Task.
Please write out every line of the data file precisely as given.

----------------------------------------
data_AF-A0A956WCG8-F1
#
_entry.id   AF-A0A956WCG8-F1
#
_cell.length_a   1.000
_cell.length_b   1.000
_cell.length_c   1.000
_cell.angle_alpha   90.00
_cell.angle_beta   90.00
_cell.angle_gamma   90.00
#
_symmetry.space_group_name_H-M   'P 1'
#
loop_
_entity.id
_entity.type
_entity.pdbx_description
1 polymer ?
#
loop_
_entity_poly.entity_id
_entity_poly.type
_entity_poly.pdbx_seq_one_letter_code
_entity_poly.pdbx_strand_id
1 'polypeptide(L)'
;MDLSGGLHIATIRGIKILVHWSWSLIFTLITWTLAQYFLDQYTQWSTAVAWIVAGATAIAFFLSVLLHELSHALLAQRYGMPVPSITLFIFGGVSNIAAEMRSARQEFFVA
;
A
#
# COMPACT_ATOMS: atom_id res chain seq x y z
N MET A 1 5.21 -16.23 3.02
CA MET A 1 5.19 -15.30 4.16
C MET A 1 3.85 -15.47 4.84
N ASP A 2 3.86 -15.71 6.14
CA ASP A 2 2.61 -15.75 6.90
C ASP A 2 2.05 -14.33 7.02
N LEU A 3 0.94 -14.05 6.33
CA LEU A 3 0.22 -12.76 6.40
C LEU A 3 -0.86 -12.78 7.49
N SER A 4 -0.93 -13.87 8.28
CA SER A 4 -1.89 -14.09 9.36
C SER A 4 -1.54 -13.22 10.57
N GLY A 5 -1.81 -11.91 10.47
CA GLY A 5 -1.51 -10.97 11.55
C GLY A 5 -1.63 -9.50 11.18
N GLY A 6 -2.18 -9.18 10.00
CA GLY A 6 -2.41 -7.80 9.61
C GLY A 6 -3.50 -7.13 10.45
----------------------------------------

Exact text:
data_AF-A0A956WCG8-F1
#
_entry.id   AF-A0A956WCG8-F1
#
_cell.length_a   1.000
_cell.length_b   1.000
_cell.length_c   1.000
_cell.angle_alpha   90.00
_cell.angle_beta   90.00
_cell.angle_gamma   90.00
#
_symmetry.space_group_name_H-M   'P 1'
#
loop_
_entity.id
_entity.type
_entity.pdbx_description
1 polymer ?
#
loop_
_entity_poly.entity_id
_entity_poly.type
_entity_poly.pdbx_seq_one_letter_code
_entity_poly.pdbx_strand_id
1 'polypeptide(L)'
;MDLSGGLHIATIRGIKILVHWSWSLIFTLITWTLAQYFLDQYTQWSTAVAWIVAGATAIAFFLSVLLHELSHALLAQRYGMPVPSITLFIFGGVSNIAAEMRSARQEFFVA
;
A
#
# COMPACT_ATOMS: atom_id res chain seq x y z
N MET A 1 5.21 -16.23 3.02
CA MET A 1 5.19 -15.30 4.16
C MET A 1 3.85 -15.47 4.84
N ASP A 2 3.86 -15.71 6.14
CA ASP A 2 2.61 -15.75 6.90
C ASP A 2 2.05 -14.33 7.02
N LEU A 3 0.94 -14.05 6.33
CA LEU A 3 0.22 -12.76 6.40
C LEU A 3 -0.86 -12.78 7.49
N SER A 4 -0.93 -13.87 8.28
CA SER A 4 -1.89 -14.09 9.36
C SER A 4 -1.54 -13.22 10.57
N GLY A 5 -1.81 -11.91 10.47
CA GLY A 5 -1.51 -10.97 11.55
C GLY A 5 -1.63 -9.50 11.18
N GLY A 6 -2.18 -9.18 10.00
CA GLY A 6 -2.41 -7.80 9.61
C GLY A 6 -3.50 -7.13 10.45